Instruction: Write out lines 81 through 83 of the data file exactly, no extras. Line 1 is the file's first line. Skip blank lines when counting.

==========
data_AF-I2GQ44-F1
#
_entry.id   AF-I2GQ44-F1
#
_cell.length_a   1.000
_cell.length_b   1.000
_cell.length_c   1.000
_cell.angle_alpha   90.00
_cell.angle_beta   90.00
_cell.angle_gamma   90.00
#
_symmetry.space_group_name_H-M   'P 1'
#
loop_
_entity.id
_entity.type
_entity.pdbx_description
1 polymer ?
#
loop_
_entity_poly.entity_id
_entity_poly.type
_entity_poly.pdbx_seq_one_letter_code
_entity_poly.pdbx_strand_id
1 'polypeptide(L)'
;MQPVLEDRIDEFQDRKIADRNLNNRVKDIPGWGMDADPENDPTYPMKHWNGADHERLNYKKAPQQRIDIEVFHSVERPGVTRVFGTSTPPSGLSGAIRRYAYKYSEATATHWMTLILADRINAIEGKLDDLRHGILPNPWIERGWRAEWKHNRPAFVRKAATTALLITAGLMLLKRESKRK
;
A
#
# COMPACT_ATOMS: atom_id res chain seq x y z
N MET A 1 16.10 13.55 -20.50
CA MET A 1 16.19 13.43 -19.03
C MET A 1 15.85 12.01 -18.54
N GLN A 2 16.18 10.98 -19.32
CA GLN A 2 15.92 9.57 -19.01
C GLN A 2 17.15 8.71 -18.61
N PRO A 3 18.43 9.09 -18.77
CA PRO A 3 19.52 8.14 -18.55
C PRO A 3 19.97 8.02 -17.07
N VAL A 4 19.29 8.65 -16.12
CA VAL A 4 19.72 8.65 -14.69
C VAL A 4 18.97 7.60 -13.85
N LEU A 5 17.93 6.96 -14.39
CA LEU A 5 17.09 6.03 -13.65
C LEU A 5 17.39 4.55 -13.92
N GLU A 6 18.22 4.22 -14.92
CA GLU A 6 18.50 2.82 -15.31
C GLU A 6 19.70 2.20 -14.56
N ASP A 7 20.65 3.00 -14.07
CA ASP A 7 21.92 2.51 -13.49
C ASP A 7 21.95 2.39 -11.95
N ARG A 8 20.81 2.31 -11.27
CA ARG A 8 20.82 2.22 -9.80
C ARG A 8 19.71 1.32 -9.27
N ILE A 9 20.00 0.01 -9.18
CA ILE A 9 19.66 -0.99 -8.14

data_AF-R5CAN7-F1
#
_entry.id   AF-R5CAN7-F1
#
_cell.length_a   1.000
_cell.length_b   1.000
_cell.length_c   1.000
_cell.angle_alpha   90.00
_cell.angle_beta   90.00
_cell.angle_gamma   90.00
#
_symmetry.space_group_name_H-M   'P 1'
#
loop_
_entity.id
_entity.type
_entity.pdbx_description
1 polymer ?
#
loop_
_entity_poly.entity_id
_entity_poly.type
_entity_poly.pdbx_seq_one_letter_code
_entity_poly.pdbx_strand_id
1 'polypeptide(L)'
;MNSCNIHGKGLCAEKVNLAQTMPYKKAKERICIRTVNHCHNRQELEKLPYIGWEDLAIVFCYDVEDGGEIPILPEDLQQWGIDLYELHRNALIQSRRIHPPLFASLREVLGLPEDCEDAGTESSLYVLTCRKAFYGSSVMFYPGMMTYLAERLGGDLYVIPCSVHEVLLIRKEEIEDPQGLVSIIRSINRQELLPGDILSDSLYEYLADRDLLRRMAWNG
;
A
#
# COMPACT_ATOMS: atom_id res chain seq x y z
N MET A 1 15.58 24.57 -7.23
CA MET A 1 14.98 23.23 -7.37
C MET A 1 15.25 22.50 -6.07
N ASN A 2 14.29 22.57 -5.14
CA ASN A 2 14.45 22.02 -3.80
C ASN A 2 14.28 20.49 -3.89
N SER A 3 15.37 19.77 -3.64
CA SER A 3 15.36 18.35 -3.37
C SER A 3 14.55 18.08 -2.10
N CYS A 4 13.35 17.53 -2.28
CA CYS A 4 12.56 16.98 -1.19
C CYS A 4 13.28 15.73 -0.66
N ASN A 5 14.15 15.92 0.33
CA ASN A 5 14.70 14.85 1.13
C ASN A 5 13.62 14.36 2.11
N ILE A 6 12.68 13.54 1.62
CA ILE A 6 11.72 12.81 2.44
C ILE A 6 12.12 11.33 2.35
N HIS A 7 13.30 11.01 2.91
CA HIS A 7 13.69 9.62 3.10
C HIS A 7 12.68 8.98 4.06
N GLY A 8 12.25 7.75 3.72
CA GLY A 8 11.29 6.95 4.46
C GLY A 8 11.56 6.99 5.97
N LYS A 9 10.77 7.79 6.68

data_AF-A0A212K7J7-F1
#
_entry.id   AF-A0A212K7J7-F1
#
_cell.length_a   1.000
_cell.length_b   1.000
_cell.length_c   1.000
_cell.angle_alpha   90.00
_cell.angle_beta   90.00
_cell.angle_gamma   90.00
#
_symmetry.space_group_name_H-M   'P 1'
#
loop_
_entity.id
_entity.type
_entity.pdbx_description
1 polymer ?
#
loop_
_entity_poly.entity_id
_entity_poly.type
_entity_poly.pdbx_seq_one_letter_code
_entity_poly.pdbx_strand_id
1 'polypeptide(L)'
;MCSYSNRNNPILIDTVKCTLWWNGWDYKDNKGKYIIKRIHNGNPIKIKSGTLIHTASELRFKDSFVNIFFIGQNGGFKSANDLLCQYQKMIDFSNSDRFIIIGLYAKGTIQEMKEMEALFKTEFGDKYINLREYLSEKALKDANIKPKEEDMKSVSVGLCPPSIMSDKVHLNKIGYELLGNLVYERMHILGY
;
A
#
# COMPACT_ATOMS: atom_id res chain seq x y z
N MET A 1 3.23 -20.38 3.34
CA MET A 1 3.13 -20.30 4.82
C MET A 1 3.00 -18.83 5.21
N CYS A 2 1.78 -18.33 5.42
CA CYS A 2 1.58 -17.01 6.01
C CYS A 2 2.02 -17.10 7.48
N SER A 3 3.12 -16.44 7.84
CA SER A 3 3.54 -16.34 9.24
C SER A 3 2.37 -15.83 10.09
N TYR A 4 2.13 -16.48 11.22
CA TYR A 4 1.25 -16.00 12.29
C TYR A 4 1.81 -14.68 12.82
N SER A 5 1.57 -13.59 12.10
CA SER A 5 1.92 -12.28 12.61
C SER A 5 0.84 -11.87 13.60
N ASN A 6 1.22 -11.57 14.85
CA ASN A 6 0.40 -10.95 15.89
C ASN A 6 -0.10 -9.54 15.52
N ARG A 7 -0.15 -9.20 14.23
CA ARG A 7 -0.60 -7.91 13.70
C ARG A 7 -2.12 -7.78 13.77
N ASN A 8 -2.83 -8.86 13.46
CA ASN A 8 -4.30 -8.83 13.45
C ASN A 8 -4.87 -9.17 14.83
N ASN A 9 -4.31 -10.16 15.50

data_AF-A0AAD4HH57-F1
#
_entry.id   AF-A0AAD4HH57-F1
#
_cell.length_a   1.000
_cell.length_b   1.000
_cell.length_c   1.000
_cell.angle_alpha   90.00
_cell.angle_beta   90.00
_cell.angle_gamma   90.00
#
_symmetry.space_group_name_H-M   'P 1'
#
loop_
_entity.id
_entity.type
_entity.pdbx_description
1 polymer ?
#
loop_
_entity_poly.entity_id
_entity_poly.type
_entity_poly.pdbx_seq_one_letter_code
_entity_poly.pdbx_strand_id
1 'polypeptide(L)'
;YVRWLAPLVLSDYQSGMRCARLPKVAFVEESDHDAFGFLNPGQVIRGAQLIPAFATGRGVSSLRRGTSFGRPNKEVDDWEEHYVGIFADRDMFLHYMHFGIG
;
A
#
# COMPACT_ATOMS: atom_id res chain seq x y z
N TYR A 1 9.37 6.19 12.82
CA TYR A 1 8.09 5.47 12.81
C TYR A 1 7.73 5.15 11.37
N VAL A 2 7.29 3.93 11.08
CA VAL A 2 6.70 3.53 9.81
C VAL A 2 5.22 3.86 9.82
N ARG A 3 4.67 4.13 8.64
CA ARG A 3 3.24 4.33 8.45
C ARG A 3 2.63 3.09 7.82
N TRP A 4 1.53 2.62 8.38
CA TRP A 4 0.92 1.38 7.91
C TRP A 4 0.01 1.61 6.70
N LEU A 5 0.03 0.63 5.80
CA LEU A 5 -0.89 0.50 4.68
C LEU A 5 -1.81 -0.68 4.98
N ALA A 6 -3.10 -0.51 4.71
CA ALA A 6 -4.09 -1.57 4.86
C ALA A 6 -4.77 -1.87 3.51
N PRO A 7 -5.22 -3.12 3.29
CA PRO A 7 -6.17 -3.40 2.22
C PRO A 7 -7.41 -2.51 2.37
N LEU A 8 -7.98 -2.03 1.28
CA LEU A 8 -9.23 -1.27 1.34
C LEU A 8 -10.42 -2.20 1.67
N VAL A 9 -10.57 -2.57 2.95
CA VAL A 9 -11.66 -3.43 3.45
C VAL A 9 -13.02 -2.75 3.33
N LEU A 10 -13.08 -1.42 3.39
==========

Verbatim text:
1 'polypeptide(L)'
;MNSCNIHGKGLCAEKVNLAQTMPYKKAKERICIRTVNHCHNRQELEKLPYIGWEDLAIVFCYDVEDGGEIPILPEDLQQWGIDLYELHRNALIQSRRIHPPLFASLREVLGLPEDCEDAGTESSLYVLTCRKAFYGSSVMFYPGMMTYLAERLGGDLYVIPCSVHEVLLIRKEEIEDPQGLVSIIRSINRQELLPGDILSDSLYEYLADRDLLRRMAWNG
;